A Midsummer’s Night Dream — Review
Words by Beck Rowse
The moon hangs outside the Little Theatre. Inside, stage lights mimic the shade of the May night sky. Anticipation snakes under and around the audience’s ankles, locking them in place. You can hear rumbling. Actors dancing steps down onto the stage as though each carried by beetle’s wings.
On entrance, the troupe brings the sun’s warmth back to the stage light. There, in the forest, they begin a humorous dialogue about the play-within-a-play they are preparing to perform. Each actor conveys their character’s body and vocal language vibrantly. Matt Houston’s flamboyant Bottom, Emily Dalziel’s nervous Quince, Sophie Caon’s aloof Snout, Karma Duffield’s fabulous Flute, and Charlotte Minney’s sleepy Snug.
Soon after, the upper class characters of Dream are introduced. Each stepping heel on stage in whirling Victorian steampunk fashion. Tailcoats, boots, and corsets; buttons, straps, and lace. This steam chugging reinvention of Shakespeare’s comedy classic greases the contrast between city and countryside, illuminating the pastoral elements of the play. In Demetrius, Lysander, Hermia and Helena’s escape into the wild, the audience are treated to charming characters and enough physical comedy to induce breath-robbing laughter. Ashraf Abdul Halim’s bold Demetrius butting brows with Rueben Fenee’s youthful Lysander, and Finty Mcbain’s languishing Helena contesting Arlie Windle’s sweetheart Hermia for Demetrius’ heart.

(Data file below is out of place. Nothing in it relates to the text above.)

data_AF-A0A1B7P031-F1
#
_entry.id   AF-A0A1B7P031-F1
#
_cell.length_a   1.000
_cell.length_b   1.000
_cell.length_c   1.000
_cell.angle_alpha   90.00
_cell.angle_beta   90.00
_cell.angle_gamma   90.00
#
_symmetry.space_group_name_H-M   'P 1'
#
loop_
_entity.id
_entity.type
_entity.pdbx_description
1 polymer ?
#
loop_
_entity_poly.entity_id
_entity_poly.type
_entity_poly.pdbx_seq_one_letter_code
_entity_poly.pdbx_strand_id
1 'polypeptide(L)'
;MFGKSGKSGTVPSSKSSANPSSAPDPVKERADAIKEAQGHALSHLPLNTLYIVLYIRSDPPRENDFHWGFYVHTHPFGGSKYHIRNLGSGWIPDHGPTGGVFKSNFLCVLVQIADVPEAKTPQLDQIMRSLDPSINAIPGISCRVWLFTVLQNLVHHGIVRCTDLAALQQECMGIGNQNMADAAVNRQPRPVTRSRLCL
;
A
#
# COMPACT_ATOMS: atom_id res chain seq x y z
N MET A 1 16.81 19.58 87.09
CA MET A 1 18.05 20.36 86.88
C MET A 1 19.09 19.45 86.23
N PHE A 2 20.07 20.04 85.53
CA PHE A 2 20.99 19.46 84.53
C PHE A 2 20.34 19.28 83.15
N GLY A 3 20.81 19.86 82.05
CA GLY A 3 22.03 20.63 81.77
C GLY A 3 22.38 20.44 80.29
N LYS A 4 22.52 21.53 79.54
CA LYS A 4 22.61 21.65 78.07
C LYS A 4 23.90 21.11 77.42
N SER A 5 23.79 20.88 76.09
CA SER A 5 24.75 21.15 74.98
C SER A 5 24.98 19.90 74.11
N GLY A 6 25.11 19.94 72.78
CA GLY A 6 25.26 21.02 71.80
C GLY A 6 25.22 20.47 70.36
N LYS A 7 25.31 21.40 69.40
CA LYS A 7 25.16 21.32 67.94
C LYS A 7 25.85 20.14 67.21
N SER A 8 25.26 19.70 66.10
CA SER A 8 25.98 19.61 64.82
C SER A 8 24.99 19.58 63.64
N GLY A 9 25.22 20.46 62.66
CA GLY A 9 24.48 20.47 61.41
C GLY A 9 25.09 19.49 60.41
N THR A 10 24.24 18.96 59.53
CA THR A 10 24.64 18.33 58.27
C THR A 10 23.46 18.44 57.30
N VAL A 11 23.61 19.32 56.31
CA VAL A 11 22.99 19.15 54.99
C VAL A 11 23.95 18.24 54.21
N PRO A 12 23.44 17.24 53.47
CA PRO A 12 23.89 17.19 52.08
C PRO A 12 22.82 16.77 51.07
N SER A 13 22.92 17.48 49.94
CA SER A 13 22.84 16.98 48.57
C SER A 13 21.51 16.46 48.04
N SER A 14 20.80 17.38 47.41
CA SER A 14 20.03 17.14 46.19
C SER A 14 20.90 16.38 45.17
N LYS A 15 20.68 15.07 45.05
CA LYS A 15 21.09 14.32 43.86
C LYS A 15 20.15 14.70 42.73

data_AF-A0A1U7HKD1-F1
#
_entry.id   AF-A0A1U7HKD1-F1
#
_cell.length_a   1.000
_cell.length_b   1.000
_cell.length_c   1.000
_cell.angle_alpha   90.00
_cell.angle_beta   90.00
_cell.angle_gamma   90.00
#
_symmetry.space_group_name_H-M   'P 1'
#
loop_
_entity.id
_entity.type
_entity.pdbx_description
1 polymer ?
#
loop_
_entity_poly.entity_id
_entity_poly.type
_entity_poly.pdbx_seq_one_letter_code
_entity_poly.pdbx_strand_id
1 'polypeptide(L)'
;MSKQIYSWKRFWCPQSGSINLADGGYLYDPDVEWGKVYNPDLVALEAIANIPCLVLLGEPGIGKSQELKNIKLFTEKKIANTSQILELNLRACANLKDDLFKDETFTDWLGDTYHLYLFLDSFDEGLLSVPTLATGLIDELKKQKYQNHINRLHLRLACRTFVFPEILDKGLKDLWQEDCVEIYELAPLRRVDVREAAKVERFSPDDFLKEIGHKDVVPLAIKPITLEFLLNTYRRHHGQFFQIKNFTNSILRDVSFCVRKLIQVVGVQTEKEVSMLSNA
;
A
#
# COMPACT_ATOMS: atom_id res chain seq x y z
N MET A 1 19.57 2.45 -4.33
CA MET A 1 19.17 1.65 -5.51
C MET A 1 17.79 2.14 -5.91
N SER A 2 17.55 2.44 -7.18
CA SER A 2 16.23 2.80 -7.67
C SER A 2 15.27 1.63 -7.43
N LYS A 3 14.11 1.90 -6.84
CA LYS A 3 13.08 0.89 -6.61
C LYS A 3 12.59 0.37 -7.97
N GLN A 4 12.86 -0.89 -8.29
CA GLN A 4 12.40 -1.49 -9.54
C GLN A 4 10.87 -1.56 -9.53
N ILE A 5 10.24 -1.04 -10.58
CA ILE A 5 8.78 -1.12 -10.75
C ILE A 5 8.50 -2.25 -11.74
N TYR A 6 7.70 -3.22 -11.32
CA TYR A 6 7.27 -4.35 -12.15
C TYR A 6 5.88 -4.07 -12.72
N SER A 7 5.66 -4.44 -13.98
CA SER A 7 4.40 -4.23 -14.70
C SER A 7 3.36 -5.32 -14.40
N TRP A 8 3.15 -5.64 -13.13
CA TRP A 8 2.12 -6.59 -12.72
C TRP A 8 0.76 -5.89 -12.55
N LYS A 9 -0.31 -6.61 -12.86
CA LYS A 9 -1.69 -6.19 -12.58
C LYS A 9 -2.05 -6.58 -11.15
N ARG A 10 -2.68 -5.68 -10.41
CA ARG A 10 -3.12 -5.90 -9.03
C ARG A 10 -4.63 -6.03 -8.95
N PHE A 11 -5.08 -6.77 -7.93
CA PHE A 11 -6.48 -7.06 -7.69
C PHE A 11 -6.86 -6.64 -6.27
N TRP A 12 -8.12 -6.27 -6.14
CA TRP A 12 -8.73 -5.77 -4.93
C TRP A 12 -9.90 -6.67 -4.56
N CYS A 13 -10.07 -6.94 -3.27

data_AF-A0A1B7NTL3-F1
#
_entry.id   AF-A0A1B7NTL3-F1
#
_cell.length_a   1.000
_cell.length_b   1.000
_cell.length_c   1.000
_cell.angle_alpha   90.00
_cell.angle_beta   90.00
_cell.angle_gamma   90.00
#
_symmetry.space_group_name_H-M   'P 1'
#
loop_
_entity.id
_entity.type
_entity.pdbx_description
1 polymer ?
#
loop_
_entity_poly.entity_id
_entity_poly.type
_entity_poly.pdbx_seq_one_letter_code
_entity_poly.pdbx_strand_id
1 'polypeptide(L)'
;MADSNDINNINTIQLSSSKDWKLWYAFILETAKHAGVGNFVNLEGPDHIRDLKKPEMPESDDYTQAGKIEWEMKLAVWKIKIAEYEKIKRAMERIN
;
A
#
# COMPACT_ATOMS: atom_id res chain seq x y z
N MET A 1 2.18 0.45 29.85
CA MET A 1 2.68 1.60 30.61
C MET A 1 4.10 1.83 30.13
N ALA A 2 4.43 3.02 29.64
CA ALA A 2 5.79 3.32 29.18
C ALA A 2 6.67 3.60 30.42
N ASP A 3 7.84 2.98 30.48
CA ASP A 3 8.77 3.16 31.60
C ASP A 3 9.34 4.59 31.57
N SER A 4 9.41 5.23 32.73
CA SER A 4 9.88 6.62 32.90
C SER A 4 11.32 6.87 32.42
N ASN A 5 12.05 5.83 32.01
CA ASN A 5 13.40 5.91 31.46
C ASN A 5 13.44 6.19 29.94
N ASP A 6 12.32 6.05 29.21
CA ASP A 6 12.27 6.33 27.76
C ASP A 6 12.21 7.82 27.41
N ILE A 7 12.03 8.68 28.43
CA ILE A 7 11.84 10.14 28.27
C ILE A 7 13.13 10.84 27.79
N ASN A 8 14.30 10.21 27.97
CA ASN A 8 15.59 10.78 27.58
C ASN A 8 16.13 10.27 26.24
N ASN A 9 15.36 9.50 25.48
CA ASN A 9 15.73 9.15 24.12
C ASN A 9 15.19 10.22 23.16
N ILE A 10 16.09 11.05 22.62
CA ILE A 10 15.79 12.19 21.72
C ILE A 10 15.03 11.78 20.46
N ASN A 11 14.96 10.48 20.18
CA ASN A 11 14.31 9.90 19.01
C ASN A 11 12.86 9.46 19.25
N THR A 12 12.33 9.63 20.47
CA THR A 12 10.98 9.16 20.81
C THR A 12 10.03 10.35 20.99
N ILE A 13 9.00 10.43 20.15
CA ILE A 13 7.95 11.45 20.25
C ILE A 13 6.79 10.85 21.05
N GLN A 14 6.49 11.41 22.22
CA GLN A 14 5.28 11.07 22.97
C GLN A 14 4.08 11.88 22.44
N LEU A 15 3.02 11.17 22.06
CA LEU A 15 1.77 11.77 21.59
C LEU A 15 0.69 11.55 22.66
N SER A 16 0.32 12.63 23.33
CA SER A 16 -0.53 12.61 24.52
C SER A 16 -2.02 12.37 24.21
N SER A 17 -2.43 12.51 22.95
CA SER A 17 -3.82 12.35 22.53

Throughout the play, actors make complete use of the Little Theatre — Snaking around the staircases, fluttering above on the top stage, taking a seat and watching the mechanicals performance with you. Bronwyn Palmer’s commanding Oberon sweeps the stage in every bellowing word, Annie Matsouliadis’ graceful Titania floats as though they were winged, and Frederick Pincombe’s Puck ducks, weaves, and places a cheeky foot into every action. Not to mention the three fairies — played by Michael Leach, Sophie Livingston-Pearce, and Bugs Moyse — who tip-toe and wisp across the stage.
There is never a boring moment in the Theatre Guild’s production of Dream. It is a burning torch of enchantment and you cannot help but feel as though you are some insect of the forest drawn to this flame, flickering it with your laughter.